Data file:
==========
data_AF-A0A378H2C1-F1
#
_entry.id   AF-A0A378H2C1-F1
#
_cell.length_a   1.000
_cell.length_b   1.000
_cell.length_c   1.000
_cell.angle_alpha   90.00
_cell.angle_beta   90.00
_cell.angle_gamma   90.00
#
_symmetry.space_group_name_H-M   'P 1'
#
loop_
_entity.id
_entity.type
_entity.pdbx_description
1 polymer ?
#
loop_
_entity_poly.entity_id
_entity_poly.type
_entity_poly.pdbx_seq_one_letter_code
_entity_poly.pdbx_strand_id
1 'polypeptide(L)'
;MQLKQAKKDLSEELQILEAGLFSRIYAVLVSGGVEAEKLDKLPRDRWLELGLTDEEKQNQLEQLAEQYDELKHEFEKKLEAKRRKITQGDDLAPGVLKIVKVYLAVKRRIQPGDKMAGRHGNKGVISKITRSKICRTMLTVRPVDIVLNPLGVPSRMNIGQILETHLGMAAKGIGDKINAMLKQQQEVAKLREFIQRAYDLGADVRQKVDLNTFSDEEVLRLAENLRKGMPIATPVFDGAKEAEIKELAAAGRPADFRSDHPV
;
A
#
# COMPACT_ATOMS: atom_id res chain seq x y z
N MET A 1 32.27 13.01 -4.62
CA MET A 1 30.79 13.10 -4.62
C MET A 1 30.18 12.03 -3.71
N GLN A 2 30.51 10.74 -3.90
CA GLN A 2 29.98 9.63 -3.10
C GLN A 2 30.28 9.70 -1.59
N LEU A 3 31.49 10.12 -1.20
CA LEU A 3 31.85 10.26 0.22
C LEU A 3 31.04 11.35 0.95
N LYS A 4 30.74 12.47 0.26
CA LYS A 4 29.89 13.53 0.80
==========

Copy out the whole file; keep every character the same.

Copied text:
data_AF-A0A378H2C1-F1
#
_entry.id   AF-A0A378H2C1-F1
#
_cell.length_a   1.000
_cell.length_b   1.000
_cell.length_c   1.000
_cell.angle_alpha   90.00
_cell.angle_beta   90.00
_cell.angle_gamma   90.00
#
_symmetry.space_group_name_H-M   'P 1'
#
loop_
_entity.id
_entity.type
_entity.pdbx_description
1 polymer ?
#
loop_
_entity_poly.entity_id
_entity_poly.type
_entity_poly.pdbx_seq_one_letter_code
_entity_poly.pdbx_strand_id
1 'polypeptide(L)'
;MQLKQAKKDLSEELQILEAGLFSRIYAVLVSGGVEAEKLDKLPRDRWLELGLTDEEKQNQLEQLAEQYDELKHEFEKKLEAKRRKITQGDDLAPGVLKIVKVYLAVKRRIQPGDKMAGRHGNKGVISKITRSKICRTMLTVRPVDIVLNPLGVPSRMNIGQILETHLGMAAKGIGDKINAMLKQQQEVAKLREFIQRAYDLGADVRQKVDLNTFSDEEVLRLAENLRKGMPIATPVFDGAKEAEIKELAAAGRPADFRSDHPV
;
A
#
# COMPACT_ATOMS: atom_id res chain seq x y z
N MET A 1 32.27 13.01 -4.62
CA MET A 1 30.79 13.10 -4.62
C MET A 1 30.18 12.03 -3.71
N GLN A 2 30.51 10.74 -3.90
CA GLN A 2 29.98 9.63 -3.10
C GLN A 2 30.28 9.70 -1.59
N LEU A 3 31.49 10.12 -1.20
CA LEU A 3 31.85 10.26 0.22
C LEU A 3 31.04 11.35 0.95
N LYS A 4 30.74 12.47 0.26
CA LYS A 4 29.89 13.53 0.80